lead to dismissal; and (4) whether less drastic sanctions
were imposed or considered before dismissal was ordered.
Wu v. T.W. Wang, Inc., 420 F.3d 641, 643
(6th Cir. 2005) (citing Knoll v. American Tel. & Tel.
Co., 176 F.3d 359, 363 (6th Cir. 1999)).
balance, these factors weigh in favor of dismissal here. With
respect to the first factor, even after the Court warned
Wilson that failure to file his motion would result in
dismissal of his case, Wilson failed to either file his
motion or explain to the Court his inability to do so. Thus,
given the Court's explicit reminder, while it is not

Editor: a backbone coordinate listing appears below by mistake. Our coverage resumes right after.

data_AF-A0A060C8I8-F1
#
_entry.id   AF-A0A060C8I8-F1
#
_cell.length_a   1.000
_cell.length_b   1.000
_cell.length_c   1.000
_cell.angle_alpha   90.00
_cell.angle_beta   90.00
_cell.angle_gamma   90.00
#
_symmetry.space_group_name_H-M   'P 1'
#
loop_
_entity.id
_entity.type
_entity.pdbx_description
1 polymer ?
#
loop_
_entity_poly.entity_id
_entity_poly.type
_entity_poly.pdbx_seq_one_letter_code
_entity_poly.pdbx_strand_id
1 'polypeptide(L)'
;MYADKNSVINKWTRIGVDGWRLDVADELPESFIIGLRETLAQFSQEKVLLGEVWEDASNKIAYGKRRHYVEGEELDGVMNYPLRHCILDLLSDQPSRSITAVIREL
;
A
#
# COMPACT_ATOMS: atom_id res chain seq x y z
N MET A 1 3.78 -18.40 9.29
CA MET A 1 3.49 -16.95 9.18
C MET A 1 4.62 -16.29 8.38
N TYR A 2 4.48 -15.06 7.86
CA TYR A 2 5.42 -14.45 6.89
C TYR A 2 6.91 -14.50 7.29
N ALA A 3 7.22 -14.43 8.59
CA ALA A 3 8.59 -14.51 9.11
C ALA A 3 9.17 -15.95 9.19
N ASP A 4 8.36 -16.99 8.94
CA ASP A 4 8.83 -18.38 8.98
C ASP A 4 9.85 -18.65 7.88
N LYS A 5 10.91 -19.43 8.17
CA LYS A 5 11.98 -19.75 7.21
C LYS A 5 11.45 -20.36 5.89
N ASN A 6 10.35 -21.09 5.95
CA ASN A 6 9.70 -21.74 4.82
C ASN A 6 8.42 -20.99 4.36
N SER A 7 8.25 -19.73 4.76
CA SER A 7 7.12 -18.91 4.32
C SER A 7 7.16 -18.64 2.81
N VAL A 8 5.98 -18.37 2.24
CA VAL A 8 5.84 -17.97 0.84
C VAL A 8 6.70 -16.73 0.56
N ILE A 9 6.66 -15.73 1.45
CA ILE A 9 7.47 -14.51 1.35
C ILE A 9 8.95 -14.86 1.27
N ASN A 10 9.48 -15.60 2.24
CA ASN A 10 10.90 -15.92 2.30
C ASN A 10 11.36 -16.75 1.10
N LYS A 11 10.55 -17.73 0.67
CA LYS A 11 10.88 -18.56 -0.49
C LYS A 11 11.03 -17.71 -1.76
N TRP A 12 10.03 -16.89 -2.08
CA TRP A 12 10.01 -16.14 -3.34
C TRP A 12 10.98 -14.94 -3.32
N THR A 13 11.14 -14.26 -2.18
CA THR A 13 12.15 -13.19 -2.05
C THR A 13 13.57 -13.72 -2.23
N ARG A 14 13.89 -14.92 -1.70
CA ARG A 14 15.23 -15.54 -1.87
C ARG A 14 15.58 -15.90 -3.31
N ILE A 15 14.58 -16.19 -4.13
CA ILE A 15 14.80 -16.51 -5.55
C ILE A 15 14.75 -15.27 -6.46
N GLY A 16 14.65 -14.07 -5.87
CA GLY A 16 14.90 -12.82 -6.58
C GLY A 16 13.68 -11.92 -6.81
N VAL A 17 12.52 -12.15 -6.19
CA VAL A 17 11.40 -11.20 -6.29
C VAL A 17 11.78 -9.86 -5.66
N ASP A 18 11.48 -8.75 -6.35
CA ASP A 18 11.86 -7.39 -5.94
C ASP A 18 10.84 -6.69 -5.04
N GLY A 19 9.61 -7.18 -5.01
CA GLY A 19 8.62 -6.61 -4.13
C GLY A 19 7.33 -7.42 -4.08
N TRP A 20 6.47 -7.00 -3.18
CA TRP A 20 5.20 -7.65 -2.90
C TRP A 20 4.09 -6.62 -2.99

clear that Wilson's failure to respond was committed in
bad faith, it cannot be said that the omission was a mere
oversight, and in any event is “certainly willful and
with fault.” Saleh v. Comm'r of Soc. Sec.,
2015 WL 1130995, at *2 (E.D. Mich. Mar. 12, 2015) (quoting
Morley v. Comm'r of Soc. Sec., 2013 WL 2051326,
at *1 (E.D. Mich. May 14, 2013)).
the second factor, “defendants cannot be expected to
defend an action, ” that plaintiff has
“apparently abandoned.” White v.
Bouchard, 2008 WL 2216281, *5 (E.D. Mich. 2008). In this
regard, the defendant is left to defend this matter without
any clue as to plaintiff's legal analysis supporting his
claim(s) of error in the administrative proceedings.
Plaintiff's sole allegation concerning error states,
“The conclusions and findings of fact of the Defendant
are not supported by substantial evidence and are contrary to